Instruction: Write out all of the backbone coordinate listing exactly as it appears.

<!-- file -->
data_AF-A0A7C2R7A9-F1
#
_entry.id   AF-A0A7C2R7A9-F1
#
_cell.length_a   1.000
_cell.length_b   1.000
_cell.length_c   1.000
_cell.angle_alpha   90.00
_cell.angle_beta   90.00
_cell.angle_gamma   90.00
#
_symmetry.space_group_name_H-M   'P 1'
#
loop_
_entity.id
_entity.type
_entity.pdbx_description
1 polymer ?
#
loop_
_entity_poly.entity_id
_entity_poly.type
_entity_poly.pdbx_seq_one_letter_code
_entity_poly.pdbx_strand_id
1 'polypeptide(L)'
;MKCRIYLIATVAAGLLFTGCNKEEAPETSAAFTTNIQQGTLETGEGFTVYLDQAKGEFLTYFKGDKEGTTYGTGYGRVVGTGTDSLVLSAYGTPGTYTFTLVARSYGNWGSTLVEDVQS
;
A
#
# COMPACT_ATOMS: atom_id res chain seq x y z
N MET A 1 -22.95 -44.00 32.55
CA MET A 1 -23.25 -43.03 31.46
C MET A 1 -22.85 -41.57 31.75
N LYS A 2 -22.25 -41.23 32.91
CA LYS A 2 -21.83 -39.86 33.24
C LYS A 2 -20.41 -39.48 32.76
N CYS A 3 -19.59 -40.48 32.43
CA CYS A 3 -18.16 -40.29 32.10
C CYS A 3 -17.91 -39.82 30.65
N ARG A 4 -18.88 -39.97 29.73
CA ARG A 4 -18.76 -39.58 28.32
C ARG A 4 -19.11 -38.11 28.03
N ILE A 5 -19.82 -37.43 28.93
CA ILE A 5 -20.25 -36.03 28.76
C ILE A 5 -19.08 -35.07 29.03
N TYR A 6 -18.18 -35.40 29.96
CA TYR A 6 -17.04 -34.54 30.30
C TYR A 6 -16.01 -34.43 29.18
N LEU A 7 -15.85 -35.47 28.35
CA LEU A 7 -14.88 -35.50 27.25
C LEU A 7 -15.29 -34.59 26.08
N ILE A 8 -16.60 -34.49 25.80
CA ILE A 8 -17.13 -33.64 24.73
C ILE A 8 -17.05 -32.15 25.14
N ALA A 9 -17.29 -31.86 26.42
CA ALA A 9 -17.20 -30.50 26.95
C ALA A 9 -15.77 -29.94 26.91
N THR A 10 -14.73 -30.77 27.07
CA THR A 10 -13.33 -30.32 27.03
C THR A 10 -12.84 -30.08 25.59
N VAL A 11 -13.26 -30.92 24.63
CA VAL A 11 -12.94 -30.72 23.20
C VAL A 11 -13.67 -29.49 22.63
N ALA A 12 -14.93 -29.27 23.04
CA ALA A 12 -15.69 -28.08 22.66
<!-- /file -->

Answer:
data_AF-A0A7C2R7A9-F1
#
_entry.id   AF-A0A7C2R7A9-F1
#
_cell.length_a   1.000
_cell.length_b   1.000
_cell.length_c   1.000
_cell.angle_alpha   90.00
_cell.angle_beta   90.00
_cell.angle_gamma   90.00
#
_symmetry.space_group_name_H-M   'P 1'
#
loop_
_entity.id
_entity.type
_entity.pdbx_description
1 polymer ?
#
loop_
_entity_poly.entity_id
_entity_poly.type
_entity_poly.pdbx_seq_one_letter_code
_entity_poly.pdbx_strand_id
1 'polypeptide(L)'
;MKCRIYLIATVAAGLLFTGCNKEEAPETSAAFTTNIQQGTLETGEGFTVYLDQAKGEFLTYFKGDKEGTTYGTGYGRVVGTGTDSLVLSAYGTPGTYTFTLVARSYGNWGSTLVEDVQS
;
A
#
# COMPACT_ATOMS: atom_id res chain seq x y z
N MET A 1 -22.95 -44.00 32.55
CA MET A 1 -23.25 -43.03 31.46
C MET A 1 -22.85 -41.57 31.75
N LYS A 2 -22.25 -41.23 32.91
CA LYS A 2 -21.83 -39.86 33.24
C LYS A 2 -20.41 -39.48 32.76
N CYS A 3 -19.59 -40.48 32.43
CA CYS A 3 -18.16 -40.29 32.10
C CYS A 3 -17.91 -39.82 30.65
N ARG A 4 -18.88 -39.97 29.73
CA ARG A 4 -18.76 -39.58 28.32
C ARG A 4 -19.11 -38.11 28.03
N ILE A 5 -19.82 -37.43 28.93
CA ILE A 5 -20.25 -36.03 28.76
C ILE A 5 -19.08 -35.07 29.03
N TYR A 6 -18.18 -35.40 29.96
CA TYR A 6 -17.04 -34.54 30.30
C TYR A 6 -16.01 -34.43 29.18
N LEU A 7 -15.85 -35.47 28.35
CA LEU A 7 -14.88 -35.50 27.25
C LEU A 7 -15.29 -34.59 26.08
N ILE A 8 -16.60 -34.49 25.80
CA ILE A 8 -17.13 -33.64 24.73
C ILE A 8 -17.05 -32.15 25.14
N ALA A 9 -17.29 -31.86 26.42
CA ALA A 9 -17.20 -30.50 26.95
C ALA A 9 -15.77 -29.94 26.91
N THR A 10 -14.73 -30.77 27.07
CA THR A 10 -13.33 -30.32 27.03
C THR A 10 -12.84 -30.08 25.59
N VAL A 11 -13.26 -30.92 24.63
CA VAL A 11 -12.94 -30.72 23.20
C VAL A 11 -13.67 -29.49 22.63
N ALA A 12 -14.93 -29.27 23.04
CA ALA A 12 -15.69 -28.08 22.66